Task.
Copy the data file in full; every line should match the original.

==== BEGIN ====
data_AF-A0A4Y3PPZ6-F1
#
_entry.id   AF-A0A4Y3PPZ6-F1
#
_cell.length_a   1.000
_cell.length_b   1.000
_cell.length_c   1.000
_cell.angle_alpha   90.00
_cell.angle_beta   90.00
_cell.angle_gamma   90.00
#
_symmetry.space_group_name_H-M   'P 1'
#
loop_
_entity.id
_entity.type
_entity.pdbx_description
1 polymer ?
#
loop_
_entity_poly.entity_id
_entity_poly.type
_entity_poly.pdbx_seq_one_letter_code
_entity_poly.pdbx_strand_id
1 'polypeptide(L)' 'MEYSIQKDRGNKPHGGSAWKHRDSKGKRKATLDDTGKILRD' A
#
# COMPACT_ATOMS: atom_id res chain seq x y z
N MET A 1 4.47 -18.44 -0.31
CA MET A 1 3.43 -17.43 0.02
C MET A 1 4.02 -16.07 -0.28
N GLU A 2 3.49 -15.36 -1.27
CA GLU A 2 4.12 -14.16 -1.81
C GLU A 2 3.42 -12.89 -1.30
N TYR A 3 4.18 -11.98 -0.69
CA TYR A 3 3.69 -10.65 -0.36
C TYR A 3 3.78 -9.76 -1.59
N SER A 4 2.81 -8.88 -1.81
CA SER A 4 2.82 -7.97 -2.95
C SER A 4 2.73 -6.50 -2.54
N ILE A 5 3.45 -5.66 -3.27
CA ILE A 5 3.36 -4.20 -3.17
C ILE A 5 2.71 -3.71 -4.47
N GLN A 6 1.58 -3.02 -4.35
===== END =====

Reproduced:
data_AF-A0A4Y3PPZ6-F1
#
_entry.id   AF-A0A4Y3PPZ6-F1
#
_cell.length_a   1.000
_cell.length_b   1.000
_cell.length_c   1.000
_cell.angle_alpha   90.00
_cell.angle_beta   90.00
_cell.angle_gamma   90.00
#
_symmetry.space_group_name_H-M   'P 1'
#
loop_
_entity.id
_entity.type
_entity.pdbx_description
1 polymer ?
#
loop_
_entity_poly.entity_id
_entity_poly.type
_entity_poly.pdbx_seq_one_letter_code
_entity_poly.pdbx_strand_id
1 'polypeptide(L)' 'MEYSIQKDRGNKPHGGSAWKHRDSKGKRKATLDDTGKILRD' A
#
# COMPACT_ATOMS: atom_id res chain seq x y z
N MET A 1 4.47 -18.44 -0.31
CA MET A 1 3.43 -17.43 0.02
C MET A 1 4.02 -16.07 -0.28
N GLU A 2 3.49 -15.36 -1.27
CA GLU A 2 4.12 -14.16 -1.81
C GLU A 2 3.42 -12.89 -1.30
N TYR A 3 4.18 -11.98 -0.69
CA TYR A 3 3.69 -10.65 -0.36
C TYR A 3 3.78 -9.76 -1.59
N SER A 4 2.81 -8.88 -1.81
CA SER A 4 2.82 -7.97 -2.95
C SER A 4 2.73 -6.50 -2.54
N ILE A 5 3.45 -5.66 -3.27
CA ILE A 5 3.36 -4.20 -3.17
C ILE A 5 2.71 -3.71 -4.47
N GLN A 6 1.58 -3.02 -4.35